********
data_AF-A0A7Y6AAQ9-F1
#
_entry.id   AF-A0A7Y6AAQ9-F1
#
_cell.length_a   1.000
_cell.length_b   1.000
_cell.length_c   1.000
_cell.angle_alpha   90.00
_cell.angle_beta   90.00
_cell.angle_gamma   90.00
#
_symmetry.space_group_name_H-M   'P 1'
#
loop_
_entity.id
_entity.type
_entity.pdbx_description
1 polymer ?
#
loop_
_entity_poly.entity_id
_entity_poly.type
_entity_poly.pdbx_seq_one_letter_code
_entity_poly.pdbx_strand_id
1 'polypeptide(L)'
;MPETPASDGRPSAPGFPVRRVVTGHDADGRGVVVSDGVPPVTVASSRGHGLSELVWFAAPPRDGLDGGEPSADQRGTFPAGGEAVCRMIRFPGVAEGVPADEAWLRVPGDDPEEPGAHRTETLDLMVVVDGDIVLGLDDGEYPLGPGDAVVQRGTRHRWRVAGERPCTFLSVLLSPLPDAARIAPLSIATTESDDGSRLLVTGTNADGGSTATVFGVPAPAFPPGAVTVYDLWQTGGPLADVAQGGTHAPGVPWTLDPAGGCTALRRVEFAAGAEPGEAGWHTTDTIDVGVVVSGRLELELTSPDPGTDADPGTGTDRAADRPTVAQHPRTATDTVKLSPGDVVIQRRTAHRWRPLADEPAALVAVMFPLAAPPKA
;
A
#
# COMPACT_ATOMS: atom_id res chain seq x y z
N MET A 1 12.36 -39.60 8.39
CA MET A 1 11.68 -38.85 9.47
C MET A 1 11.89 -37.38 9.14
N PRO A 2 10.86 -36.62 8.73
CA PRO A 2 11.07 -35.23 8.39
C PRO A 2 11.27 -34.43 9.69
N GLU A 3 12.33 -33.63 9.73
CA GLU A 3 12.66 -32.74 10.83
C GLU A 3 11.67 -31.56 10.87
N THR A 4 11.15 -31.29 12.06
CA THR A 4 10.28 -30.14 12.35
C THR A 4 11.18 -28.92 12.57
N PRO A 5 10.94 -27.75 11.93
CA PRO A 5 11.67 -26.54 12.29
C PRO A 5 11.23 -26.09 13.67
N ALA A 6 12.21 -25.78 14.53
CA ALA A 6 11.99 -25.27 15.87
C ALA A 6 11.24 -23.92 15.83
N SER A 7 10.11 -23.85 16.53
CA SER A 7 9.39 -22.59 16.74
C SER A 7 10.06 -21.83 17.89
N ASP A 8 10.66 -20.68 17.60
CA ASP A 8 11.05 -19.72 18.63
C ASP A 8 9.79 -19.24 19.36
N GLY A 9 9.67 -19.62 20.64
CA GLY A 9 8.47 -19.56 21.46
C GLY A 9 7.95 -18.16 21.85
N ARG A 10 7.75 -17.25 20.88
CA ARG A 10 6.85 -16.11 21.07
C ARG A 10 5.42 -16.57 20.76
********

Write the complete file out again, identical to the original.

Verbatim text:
data_AF-A0A7Y6AAQ9-F1
#
_entry.id   AF-A0A7Y6AAQ9-F1
#
_cell.length_a   1.000
_cell.length_b   1.000
_cell.length_c   1.000
_cell.angle_alpha   90.00
_cell.angle_beta   90.00
_cell.angle_gamma   90.00
#
_symmetry.space_group_name_H-M   'P 1'
#
loop_
_entity.id
_entity.type
_entity.pdbx_description
1 polymer ?
#
loop_
_entity_poly.entity_id
_entity_poly.type
_entity_poly.pdbx_seq_one_letter_code
_entity_poly.pdbx_strand_id
1 'polypeptide(L)'
;MPETPASDGRPSAPGFPVRRVVTGHDADGRGVVVSDGVPPVTVASSRGHGLSELVWFAAPPRDGLDGGEPSADQRGTFPAGGEAVCRMIRFPGVAEGVPADEAWLRVPGDDPEEPGAHRTETLDLMVVVDGDIVLGLDDGEYPLGPGDAVVQRGTRHRWRVAGERPCTFLSVLLSPLPDAARIAPLSIATTESDDGSRLLVTGTNADGGSTATVFGVPAPAFPPGAVTVYDLWQTGGPLADVAQGGTHAPGVPWTLDPAGGCTALRRVEFAAGAEPGEAGWHTTDTIDVGVVVSGRLELELTSPDPGTDADPGTGTDRAADRPTVAQHPRTATDTVKLSPGDVVIQRRTAHRWRPLADEPAALVAVMFPLAAPPKA
;
A
#
# COMPACT_ATOMS: atom_id res chain seq x y z
N MET A 1 12.36 -39.60 8.39
CA MET A 1 11.68 -38.85 9.47
C MET A 1 11.89 -37.38 9.14
N PRO A 2 10.86 -36.62 8.73
CA PRO A 2 11.07 -35.23 8.39
C PRO A 2 11.27 -34.43 9.69
N GLU A 3 12.33 -33.63 9.73
CA GLU A 3 12.66 -32.74 10.83
C GLU A 3 11.67 -31.56 10.87
N THR A 4 11.15 -31.29 12.06
CA THR A 4 10.28 -30.14 12.35
C THR A 4 11.18 -28.92 12.57
N PRO A 5 10.94 -27.75 11.93
CA PRO A 5 11.67 -26.54 12.29
C PRO A 5 11.23 -26.09 13.67
N ALA A 6 12.21 -25.78 14.53
CA ALA A 6 11.99 -25.27 15.87
C ALA A 6 11.24 -23.92 15.83
N SER A 7 10.11 -23.85 16.53
CA SER A 7 9.39 -22.59 16.74
C SER A 7 10.06 -21.83 17.89
N ASP A 8 10.66 -20.68 17.60
CA ASP A 8 11.05 -19.72 18.63
C ASP A 8 9.79 -19.24 19.36
N GLY A 9 9.67 -19.62 20.64
CA GLY A 9 8.47 -19.56 21.46
C GLY A 9 7.95 -18.16 21.85
N ARG A 10 7.75 -17.25 20.88
CA ARG A 10 6.85 -16.11 21.07
C ARG A 10 5.42 -16.57 20.76